STRATTON, Colo. (AP) While some cities are allowing voters to cast their ballots by mail, Coloradans who want to pack a concealed weapon can get a permit by mail from this northeastern prairie town.
Officials in some other areas are unhappy that their residents can get permits from a town hundreds of miles away.
Several counties say interest in the permits has picked up considerably since the Sept. 11 attacks.
Stratton, a town of 600, had stopped issuing the permits after the practice was publicized. Now it is doing it again, by mail.
An answering machine tells applicants to mail in a request for an application.
"It rings and rings, but you do eventually get an address,'' said Nick Simon, a former gun dealer who lives in Westminster. He said he decided to apply to Stratton, rather than his hometown, because the permit would be good statewide.
Stratton Police Chief Brian Hill and City Council members who reinstated the open-to-all policy Sept. 13 have refused to discuss the issue. They have declined to say how much they are making off the applications.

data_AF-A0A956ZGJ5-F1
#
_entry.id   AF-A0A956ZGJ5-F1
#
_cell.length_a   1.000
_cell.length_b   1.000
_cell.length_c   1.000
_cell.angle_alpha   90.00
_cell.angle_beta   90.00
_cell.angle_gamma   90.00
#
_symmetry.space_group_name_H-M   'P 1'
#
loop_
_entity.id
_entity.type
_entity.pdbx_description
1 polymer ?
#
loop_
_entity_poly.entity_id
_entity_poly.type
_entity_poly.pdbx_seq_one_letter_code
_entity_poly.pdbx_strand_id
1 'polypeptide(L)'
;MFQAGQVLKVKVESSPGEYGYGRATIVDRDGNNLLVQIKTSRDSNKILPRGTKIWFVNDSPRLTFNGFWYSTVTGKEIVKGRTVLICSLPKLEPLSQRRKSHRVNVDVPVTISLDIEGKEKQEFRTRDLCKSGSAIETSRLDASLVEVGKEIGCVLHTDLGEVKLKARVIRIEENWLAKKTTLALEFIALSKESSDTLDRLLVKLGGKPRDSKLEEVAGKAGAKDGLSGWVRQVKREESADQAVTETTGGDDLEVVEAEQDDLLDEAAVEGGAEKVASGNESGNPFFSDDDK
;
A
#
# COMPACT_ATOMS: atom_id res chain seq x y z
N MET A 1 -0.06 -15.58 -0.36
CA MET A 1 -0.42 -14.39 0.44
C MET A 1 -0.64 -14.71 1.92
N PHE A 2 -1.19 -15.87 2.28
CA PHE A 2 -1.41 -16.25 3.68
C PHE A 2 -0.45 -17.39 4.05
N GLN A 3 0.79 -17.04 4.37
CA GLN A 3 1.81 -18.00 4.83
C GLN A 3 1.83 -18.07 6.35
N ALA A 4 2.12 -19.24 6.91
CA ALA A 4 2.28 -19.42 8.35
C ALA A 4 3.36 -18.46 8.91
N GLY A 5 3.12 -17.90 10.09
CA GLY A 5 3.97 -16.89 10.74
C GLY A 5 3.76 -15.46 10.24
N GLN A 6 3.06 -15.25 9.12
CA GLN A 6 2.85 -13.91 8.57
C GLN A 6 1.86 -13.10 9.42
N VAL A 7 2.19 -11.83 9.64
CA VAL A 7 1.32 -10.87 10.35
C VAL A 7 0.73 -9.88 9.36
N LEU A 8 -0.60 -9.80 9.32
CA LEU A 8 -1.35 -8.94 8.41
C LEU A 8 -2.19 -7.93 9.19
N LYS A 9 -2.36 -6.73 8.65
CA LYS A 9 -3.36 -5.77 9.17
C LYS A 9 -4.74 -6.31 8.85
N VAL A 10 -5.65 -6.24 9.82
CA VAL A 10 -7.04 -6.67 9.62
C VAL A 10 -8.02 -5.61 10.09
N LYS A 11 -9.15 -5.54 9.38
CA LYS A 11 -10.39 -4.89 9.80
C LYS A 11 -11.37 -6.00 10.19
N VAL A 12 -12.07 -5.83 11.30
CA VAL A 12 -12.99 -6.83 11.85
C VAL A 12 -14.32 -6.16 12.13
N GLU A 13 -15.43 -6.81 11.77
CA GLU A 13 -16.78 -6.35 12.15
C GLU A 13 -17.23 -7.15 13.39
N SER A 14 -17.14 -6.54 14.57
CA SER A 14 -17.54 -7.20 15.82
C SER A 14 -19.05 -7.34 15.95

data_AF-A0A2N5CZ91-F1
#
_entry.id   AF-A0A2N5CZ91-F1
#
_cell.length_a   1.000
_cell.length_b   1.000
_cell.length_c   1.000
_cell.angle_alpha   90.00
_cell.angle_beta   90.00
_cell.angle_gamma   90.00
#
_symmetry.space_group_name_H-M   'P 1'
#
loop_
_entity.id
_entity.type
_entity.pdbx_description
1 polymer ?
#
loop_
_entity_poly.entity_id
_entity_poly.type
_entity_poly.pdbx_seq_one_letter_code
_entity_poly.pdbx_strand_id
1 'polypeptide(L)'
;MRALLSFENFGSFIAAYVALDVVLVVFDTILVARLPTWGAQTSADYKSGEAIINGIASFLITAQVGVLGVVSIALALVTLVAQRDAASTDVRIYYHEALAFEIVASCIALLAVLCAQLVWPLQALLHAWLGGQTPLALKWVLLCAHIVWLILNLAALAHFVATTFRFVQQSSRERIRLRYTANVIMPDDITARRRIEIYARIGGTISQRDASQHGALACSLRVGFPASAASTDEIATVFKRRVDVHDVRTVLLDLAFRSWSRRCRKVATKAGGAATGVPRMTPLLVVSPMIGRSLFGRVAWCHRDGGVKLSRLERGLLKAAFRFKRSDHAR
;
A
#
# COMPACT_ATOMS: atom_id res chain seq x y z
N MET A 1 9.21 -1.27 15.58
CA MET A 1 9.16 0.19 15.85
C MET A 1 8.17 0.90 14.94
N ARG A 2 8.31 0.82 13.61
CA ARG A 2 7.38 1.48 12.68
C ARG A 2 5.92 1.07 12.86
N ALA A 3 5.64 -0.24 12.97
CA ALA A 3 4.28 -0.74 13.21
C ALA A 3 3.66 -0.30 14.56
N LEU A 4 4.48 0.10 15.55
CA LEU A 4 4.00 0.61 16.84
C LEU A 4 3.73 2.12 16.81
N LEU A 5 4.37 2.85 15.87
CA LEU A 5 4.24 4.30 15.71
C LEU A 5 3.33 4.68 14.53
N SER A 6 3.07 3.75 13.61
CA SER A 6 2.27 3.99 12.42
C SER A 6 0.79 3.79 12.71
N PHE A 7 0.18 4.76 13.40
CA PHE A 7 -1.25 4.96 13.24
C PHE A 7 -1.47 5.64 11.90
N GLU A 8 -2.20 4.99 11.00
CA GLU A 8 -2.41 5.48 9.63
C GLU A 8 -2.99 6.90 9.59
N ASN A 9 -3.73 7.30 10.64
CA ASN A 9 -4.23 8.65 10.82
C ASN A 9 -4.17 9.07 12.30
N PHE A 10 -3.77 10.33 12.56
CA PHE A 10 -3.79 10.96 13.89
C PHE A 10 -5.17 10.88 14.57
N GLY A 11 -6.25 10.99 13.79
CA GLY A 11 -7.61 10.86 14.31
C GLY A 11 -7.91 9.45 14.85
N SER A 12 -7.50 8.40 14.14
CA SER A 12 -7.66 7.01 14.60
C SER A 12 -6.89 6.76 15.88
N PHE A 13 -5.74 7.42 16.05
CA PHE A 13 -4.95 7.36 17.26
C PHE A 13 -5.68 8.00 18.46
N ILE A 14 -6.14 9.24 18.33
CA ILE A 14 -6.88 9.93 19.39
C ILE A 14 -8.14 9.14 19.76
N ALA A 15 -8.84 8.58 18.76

City Attorney Wade Gately said the process is legal and critics should talk with state legislators about changing the law if they don't like it.
Larimer County officials said there have been considerably more applications since the attacks.
''They say they want to protect themselves in case the war comes here. We had one 70-year-old woman whose husband just died who said she wanted to feel safer,'' said Eloise Campenella, spokeswoman for the sheriff's office.
In El Paso County, sheriff's Sgt. Jim Groth said they also were seeing more inquiries about permits.
In Montrose County, officials have received numerous requests for permit renewals since Sept. 11 and 25 applications for new permits.
''Mostly, it's older people over 50 whose permits have expired,'' said Rayleen Lang, head of records. ''They say they'll feel safer walking around because if it can happen in New York City, it can happen anywhere.''